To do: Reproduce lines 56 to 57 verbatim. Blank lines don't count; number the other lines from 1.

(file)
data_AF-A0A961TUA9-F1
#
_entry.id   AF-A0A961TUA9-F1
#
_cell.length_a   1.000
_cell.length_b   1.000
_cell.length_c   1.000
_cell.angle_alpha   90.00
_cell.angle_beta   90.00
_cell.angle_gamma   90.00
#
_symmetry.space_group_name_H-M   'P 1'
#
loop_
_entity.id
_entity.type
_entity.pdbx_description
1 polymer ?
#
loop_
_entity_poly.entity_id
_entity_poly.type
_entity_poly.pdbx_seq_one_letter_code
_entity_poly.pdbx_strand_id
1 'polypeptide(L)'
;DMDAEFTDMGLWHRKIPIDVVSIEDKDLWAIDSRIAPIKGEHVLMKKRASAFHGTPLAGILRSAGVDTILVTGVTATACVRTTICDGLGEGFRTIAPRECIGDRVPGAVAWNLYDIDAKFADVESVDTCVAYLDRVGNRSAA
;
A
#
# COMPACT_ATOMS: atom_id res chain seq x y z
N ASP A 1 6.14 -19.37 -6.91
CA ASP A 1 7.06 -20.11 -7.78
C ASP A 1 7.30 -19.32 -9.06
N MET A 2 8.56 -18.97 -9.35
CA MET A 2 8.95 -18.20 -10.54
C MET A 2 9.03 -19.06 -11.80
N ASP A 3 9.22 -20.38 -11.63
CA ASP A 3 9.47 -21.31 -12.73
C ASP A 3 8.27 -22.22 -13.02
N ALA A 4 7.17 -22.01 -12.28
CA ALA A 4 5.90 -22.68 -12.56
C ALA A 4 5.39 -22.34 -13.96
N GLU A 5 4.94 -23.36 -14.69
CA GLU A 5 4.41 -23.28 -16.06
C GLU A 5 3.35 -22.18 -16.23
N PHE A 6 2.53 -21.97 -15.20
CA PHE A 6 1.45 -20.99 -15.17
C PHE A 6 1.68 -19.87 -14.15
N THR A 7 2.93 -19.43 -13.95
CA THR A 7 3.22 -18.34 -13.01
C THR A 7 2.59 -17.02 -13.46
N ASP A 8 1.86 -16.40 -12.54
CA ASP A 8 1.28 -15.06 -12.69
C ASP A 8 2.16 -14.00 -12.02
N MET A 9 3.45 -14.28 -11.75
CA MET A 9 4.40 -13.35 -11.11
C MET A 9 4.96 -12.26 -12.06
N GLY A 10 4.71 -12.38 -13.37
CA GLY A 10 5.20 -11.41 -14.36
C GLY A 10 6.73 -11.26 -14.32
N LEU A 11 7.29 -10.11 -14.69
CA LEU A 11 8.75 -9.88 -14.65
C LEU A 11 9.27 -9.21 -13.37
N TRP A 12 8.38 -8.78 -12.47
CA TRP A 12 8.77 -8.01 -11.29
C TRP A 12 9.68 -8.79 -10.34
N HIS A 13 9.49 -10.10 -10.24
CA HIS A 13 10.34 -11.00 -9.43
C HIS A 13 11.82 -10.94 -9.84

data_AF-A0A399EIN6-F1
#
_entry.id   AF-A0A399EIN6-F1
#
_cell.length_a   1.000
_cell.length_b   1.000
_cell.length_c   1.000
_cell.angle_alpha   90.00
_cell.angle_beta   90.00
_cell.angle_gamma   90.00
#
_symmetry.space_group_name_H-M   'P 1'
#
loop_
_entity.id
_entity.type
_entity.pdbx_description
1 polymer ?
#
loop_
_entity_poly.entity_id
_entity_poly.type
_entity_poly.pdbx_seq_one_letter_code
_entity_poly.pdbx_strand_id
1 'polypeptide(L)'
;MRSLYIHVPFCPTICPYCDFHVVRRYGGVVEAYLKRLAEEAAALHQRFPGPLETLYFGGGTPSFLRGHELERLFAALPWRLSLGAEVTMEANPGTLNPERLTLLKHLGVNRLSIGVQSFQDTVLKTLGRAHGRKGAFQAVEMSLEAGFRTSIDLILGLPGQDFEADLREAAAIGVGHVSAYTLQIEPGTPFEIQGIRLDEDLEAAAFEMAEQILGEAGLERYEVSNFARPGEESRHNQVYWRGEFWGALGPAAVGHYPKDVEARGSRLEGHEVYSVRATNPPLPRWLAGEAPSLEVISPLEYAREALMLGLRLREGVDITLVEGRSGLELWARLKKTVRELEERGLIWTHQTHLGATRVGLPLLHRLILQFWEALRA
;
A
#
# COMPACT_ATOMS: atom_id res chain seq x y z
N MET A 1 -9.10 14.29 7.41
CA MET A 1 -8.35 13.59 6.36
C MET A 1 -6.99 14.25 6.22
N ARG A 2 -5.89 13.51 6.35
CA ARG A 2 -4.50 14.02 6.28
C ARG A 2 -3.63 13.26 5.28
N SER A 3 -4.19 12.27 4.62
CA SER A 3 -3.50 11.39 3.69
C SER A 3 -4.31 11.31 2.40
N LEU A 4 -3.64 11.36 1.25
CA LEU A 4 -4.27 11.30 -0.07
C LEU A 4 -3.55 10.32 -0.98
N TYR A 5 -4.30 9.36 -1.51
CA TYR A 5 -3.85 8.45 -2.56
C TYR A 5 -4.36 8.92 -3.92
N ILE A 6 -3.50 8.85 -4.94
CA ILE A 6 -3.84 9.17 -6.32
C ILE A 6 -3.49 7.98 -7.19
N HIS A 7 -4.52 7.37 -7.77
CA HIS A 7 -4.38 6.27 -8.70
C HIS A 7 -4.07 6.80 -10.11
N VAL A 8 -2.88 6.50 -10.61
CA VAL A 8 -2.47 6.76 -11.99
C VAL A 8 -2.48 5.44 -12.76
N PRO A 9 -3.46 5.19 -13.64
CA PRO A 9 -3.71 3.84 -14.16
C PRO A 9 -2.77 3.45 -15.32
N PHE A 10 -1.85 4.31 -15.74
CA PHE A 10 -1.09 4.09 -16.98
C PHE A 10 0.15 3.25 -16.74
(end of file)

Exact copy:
CA MET A 9 4.40 -13.35 -11.11
C MET A 9 4.96 -12.26 -12.06